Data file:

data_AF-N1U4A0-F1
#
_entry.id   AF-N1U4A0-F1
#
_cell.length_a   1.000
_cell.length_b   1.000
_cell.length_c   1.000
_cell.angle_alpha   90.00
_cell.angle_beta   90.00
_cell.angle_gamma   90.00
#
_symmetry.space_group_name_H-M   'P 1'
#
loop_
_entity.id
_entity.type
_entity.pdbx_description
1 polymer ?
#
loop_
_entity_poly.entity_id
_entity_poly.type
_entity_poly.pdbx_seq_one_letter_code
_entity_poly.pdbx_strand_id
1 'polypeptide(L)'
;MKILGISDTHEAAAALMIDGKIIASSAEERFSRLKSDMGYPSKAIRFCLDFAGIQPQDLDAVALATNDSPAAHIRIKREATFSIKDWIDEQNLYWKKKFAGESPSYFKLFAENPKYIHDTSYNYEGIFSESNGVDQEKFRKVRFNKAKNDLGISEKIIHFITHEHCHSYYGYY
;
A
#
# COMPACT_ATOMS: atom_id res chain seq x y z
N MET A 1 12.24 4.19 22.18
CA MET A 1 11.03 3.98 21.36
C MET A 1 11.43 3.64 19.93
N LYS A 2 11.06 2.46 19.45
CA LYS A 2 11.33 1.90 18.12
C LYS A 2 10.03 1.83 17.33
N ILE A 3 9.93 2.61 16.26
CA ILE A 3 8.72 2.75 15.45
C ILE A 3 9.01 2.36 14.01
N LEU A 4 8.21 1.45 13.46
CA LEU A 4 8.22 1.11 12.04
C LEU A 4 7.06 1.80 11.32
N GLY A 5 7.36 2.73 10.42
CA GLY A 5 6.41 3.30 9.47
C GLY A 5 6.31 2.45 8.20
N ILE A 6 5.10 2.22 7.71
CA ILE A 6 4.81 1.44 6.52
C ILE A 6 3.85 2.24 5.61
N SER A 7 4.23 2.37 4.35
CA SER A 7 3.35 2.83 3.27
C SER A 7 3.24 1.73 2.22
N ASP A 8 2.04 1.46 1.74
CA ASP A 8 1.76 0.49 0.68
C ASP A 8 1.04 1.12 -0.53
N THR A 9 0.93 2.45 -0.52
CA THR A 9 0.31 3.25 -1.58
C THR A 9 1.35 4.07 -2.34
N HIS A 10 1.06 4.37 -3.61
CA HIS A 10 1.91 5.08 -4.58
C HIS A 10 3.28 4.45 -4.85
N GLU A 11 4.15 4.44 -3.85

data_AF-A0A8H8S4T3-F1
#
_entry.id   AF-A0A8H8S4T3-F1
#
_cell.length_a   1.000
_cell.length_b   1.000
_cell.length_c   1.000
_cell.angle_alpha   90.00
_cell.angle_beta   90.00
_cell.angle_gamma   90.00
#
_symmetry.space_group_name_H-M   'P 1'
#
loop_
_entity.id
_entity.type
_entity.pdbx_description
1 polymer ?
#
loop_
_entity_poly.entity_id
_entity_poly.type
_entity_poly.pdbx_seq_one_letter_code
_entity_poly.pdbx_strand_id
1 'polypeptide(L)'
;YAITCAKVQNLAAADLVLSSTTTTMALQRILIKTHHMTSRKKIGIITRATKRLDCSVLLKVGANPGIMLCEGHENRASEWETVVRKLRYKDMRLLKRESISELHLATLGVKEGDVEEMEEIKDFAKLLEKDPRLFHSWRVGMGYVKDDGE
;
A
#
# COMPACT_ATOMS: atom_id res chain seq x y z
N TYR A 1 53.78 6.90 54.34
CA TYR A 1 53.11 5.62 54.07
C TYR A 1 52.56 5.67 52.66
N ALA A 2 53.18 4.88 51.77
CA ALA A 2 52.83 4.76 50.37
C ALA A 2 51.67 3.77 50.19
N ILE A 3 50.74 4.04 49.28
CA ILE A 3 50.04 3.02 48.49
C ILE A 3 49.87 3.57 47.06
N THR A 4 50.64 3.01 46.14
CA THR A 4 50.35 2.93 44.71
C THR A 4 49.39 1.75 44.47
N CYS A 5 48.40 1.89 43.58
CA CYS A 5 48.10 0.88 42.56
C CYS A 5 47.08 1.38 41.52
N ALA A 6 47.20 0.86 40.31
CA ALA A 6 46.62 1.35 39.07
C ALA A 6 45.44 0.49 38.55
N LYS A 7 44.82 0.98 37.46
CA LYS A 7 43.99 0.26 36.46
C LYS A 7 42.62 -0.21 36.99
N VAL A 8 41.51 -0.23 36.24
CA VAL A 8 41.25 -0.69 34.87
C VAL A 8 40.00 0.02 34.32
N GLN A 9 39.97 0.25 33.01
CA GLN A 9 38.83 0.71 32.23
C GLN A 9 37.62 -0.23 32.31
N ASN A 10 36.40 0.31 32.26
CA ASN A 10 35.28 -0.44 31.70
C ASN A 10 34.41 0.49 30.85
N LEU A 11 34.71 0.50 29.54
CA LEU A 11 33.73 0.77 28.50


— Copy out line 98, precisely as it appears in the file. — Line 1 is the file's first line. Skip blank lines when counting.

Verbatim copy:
N ILE A 3 50.74 4.04 49.28